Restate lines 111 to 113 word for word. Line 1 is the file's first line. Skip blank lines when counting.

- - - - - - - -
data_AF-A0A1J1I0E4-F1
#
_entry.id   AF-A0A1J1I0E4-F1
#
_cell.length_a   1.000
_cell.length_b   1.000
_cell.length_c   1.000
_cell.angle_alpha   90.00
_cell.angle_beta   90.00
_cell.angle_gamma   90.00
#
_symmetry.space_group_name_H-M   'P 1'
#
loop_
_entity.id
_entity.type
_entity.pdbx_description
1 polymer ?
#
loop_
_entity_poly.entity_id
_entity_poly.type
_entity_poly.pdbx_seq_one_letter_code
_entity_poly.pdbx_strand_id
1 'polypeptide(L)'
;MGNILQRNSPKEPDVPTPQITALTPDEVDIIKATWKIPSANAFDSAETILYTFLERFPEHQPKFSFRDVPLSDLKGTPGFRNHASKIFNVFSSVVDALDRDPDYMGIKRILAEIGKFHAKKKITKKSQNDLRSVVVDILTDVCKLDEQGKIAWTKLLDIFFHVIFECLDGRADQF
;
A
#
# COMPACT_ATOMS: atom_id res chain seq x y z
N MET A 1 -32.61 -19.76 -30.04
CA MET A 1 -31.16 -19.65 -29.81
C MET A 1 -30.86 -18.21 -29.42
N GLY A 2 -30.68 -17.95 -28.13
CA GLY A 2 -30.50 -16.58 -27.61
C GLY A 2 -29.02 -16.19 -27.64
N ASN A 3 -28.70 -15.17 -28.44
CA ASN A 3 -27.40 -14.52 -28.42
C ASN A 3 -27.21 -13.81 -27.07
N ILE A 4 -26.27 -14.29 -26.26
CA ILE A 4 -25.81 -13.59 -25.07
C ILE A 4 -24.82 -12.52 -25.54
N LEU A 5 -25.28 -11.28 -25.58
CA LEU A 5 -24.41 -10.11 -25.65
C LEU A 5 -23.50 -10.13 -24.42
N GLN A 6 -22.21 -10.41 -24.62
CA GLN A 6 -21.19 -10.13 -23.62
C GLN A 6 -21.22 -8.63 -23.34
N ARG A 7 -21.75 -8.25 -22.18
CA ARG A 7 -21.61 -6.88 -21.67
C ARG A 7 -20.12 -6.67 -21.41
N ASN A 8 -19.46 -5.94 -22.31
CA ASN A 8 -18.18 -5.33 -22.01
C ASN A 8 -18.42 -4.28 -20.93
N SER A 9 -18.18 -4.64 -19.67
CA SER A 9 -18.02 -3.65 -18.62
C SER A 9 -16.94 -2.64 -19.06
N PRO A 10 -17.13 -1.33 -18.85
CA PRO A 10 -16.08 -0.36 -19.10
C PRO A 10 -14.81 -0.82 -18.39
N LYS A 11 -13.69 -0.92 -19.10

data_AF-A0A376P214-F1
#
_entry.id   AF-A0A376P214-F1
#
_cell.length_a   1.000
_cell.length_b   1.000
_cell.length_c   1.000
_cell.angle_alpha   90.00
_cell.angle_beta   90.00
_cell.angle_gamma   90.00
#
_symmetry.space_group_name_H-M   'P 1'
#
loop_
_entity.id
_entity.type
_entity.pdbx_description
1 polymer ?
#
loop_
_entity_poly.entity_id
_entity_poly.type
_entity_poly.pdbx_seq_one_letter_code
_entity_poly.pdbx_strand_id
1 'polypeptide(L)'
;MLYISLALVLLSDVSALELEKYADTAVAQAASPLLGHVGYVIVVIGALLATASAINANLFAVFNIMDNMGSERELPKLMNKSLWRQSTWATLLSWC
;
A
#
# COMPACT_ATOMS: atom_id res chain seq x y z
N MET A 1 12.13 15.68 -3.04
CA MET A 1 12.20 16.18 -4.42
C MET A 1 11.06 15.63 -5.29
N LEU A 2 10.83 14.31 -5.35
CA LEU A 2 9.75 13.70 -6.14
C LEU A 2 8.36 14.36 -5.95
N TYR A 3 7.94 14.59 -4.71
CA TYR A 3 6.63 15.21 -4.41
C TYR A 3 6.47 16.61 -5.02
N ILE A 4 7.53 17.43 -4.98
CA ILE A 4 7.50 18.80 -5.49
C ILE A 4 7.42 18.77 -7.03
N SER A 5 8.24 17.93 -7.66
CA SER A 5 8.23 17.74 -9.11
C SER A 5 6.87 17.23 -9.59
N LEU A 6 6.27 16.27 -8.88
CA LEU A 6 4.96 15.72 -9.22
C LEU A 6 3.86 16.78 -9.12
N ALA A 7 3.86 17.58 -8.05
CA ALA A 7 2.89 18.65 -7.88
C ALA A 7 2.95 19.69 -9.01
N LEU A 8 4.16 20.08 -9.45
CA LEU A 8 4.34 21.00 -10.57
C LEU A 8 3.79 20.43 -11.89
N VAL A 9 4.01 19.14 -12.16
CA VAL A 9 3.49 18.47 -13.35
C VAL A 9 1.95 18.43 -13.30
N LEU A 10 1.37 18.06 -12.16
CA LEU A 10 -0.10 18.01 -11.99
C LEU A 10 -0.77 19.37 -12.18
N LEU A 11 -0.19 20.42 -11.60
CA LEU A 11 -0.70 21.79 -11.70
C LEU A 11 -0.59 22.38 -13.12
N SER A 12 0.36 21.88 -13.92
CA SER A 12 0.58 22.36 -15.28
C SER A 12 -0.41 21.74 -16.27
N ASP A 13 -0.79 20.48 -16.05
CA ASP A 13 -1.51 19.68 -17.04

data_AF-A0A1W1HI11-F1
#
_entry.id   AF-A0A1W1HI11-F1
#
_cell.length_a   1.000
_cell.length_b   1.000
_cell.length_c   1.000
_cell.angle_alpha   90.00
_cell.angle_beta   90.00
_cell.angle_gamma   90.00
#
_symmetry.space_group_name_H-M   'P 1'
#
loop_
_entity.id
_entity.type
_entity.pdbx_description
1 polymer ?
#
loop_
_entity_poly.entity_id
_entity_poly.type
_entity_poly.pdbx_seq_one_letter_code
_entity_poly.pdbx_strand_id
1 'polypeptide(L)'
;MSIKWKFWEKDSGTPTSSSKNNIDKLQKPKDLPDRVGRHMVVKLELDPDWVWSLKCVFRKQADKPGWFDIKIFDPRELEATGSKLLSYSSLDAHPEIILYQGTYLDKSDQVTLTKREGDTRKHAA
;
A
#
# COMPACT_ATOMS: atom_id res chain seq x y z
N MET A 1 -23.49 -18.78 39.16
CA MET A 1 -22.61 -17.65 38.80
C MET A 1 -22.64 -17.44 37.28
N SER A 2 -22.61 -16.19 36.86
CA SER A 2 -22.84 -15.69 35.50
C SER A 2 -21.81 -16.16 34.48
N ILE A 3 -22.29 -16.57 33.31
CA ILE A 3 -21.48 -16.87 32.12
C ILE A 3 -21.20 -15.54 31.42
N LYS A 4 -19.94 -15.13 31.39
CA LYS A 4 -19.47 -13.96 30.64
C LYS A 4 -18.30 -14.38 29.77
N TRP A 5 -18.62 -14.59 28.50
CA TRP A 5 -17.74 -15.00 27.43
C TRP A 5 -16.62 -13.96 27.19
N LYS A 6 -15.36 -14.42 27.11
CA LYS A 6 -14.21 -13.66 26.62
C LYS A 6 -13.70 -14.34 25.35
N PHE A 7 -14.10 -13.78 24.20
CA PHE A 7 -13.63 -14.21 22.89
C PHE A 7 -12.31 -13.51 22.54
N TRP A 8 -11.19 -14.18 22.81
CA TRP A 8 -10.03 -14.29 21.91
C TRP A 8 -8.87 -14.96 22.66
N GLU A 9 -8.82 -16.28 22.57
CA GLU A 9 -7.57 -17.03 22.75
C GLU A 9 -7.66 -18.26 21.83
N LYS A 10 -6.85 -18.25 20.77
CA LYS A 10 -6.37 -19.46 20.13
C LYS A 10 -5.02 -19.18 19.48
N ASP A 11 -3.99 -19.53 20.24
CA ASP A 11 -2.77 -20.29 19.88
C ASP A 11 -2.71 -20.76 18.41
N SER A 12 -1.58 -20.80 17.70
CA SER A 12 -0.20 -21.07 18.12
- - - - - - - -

CA ALA A 7 2.89 18.65 -7.88
C ALA A 7 2.95 19.69 -9.01
N LEU A 8 4.16 20.08 -9.45